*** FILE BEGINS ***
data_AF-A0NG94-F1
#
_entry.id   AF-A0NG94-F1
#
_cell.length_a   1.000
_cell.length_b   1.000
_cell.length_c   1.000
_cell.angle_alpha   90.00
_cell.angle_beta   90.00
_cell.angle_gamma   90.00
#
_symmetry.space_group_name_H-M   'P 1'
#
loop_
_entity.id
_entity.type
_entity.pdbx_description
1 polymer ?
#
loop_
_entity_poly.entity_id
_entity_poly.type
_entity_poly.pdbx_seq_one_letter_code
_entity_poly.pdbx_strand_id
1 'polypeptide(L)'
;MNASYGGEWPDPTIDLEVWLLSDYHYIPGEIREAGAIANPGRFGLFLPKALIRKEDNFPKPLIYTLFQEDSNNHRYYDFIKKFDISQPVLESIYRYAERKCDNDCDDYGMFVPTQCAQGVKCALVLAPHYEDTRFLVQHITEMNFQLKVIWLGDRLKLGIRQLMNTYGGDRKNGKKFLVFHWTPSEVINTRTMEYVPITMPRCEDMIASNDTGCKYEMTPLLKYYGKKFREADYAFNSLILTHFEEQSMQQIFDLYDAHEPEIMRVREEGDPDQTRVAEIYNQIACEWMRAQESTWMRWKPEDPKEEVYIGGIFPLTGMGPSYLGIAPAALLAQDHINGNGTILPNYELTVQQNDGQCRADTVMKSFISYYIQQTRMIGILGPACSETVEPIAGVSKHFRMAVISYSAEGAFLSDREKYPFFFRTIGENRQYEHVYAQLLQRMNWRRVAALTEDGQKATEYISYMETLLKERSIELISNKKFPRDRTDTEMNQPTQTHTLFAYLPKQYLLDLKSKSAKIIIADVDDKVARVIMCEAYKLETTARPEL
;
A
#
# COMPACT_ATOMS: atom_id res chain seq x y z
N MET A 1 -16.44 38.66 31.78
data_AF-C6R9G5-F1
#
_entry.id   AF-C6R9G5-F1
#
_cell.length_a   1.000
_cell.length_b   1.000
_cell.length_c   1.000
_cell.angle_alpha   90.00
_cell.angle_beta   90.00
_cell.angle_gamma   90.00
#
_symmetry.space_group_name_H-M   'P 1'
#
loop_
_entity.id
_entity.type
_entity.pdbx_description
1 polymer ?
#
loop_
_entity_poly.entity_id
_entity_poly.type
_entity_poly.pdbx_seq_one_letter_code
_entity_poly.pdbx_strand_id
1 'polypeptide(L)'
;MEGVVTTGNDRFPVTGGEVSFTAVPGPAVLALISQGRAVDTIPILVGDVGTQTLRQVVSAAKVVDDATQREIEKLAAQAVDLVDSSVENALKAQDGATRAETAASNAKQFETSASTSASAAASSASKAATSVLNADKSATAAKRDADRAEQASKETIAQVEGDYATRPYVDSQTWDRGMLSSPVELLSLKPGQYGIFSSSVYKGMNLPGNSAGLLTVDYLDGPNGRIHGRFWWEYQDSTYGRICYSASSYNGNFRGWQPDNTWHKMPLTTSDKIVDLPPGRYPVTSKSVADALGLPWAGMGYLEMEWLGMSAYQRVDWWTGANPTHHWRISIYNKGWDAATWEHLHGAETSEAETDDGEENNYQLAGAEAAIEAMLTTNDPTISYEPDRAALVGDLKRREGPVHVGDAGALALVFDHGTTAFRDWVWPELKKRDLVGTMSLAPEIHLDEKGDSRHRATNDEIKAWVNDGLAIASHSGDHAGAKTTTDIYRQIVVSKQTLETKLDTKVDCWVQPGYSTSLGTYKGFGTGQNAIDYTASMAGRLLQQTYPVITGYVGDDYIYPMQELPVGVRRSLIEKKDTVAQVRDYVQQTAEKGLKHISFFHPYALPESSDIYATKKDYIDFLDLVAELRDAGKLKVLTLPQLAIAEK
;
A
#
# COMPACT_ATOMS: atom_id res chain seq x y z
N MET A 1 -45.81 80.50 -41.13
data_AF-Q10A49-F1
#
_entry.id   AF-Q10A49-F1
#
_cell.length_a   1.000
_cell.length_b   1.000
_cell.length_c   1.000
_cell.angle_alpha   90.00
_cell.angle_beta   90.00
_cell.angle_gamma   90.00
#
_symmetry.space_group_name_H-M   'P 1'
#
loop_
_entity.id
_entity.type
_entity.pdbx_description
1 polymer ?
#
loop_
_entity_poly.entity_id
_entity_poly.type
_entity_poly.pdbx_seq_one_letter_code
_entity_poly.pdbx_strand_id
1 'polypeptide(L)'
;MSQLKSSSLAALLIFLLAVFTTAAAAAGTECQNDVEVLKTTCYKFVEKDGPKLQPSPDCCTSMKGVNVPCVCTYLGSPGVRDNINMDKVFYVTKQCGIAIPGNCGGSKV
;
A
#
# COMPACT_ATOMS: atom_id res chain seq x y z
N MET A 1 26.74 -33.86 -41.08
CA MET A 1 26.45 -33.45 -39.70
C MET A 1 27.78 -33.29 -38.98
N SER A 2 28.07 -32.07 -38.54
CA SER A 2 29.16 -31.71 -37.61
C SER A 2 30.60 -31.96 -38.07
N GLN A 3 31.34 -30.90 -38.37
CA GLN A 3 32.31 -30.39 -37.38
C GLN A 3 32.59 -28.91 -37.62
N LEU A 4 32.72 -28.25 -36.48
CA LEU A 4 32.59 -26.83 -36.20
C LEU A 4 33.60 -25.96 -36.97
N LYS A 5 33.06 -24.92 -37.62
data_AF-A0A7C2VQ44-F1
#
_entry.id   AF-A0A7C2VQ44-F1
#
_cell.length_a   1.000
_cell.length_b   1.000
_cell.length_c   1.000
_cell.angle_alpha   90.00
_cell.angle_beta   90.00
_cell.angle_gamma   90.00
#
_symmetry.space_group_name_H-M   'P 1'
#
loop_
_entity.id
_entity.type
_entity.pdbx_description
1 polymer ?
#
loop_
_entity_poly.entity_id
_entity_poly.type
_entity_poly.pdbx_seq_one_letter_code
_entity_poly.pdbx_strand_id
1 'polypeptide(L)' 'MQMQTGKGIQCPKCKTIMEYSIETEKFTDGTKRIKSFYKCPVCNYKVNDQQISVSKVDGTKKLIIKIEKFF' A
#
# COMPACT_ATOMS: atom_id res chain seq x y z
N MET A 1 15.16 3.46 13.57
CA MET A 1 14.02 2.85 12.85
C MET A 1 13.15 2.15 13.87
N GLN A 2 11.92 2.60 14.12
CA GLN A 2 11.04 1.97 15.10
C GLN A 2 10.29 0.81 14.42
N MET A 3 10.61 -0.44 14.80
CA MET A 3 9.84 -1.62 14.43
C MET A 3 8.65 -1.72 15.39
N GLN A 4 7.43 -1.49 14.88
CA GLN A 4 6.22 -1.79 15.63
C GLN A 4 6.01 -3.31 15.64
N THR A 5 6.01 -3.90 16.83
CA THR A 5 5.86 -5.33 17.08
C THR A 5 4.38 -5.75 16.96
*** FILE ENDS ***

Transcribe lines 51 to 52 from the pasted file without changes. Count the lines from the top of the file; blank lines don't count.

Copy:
loop_
_entity_poly.entity_id